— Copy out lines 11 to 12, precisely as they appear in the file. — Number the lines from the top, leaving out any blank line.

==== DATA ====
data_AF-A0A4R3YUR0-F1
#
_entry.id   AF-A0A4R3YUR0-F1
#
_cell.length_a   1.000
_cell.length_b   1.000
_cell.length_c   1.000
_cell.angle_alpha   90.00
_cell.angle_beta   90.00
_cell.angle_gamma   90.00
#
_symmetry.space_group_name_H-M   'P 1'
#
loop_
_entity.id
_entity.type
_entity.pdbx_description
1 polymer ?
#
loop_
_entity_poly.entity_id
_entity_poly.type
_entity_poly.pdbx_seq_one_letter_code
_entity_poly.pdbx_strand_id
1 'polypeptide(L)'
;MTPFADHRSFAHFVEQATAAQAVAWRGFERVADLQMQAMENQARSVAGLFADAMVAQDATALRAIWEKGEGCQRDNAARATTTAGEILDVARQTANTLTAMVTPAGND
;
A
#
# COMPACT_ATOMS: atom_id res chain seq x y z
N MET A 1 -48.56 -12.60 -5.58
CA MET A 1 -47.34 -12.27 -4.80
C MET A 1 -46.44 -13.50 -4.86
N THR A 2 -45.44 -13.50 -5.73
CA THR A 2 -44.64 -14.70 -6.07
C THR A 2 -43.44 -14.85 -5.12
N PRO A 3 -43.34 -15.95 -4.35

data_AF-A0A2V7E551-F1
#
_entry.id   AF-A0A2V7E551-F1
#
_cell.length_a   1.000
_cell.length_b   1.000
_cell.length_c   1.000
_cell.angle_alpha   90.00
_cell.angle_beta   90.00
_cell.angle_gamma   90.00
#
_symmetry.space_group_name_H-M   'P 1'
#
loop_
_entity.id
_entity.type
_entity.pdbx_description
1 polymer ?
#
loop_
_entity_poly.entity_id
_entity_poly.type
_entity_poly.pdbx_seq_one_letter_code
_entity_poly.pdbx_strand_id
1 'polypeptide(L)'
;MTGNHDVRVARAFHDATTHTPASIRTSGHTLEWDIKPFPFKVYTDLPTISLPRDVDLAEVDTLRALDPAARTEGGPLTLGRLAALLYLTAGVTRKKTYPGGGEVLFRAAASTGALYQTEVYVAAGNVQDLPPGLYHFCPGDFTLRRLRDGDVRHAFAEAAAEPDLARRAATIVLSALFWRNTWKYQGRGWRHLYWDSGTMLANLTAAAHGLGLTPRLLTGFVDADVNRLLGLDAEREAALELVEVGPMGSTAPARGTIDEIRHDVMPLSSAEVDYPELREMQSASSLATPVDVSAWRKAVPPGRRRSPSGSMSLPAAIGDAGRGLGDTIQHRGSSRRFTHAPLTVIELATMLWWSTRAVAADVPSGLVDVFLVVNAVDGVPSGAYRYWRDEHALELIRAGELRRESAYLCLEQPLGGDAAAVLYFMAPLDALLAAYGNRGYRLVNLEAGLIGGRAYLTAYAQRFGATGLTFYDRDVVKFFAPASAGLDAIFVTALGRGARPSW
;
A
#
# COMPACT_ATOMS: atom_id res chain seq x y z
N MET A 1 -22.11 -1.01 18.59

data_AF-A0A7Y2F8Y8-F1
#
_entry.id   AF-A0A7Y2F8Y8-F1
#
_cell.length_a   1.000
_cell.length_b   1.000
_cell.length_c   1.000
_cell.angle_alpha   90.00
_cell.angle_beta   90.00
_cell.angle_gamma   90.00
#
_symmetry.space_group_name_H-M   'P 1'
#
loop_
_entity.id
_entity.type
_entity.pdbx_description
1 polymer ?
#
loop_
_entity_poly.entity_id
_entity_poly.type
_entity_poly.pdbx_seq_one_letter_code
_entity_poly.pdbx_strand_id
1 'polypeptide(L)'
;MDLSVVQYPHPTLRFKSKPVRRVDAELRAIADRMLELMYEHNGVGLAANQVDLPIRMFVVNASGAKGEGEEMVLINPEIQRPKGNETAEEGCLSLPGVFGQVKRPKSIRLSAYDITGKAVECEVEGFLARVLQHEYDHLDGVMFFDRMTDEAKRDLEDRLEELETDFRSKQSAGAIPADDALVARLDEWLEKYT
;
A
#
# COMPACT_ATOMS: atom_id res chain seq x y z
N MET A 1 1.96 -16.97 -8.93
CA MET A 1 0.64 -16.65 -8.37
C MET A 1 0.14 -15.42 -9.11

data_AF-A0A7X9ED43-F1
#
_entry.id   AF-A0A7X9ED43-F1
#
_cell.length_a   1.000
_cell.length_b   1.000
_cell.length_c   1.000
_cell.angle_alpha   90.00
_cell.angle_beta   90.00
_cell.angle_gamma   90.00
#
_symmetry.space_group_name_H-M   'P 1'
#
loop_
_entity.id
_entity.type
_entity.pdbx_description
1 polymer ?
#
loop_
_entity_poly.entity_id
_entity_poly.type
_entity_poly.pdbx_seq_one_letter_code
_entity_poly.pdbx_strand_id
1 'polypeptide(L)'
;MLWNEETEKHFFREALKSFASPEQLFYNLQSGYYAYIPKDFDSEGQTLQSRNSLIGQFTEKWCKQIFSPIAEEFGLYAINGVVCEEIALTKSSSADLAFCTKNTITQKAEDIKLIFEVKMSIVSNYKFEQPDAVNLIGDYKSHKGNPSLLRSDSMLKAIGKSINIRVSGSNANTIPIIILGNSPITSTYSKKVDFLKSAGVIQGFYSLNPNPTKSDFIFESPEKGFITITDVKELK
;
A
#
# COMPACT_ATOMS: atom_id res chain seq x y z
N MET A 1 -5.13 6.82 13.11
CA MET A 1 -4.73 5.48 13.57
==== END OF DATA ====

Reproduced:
#
_symmetry.space_group_name_H-M   'P 1'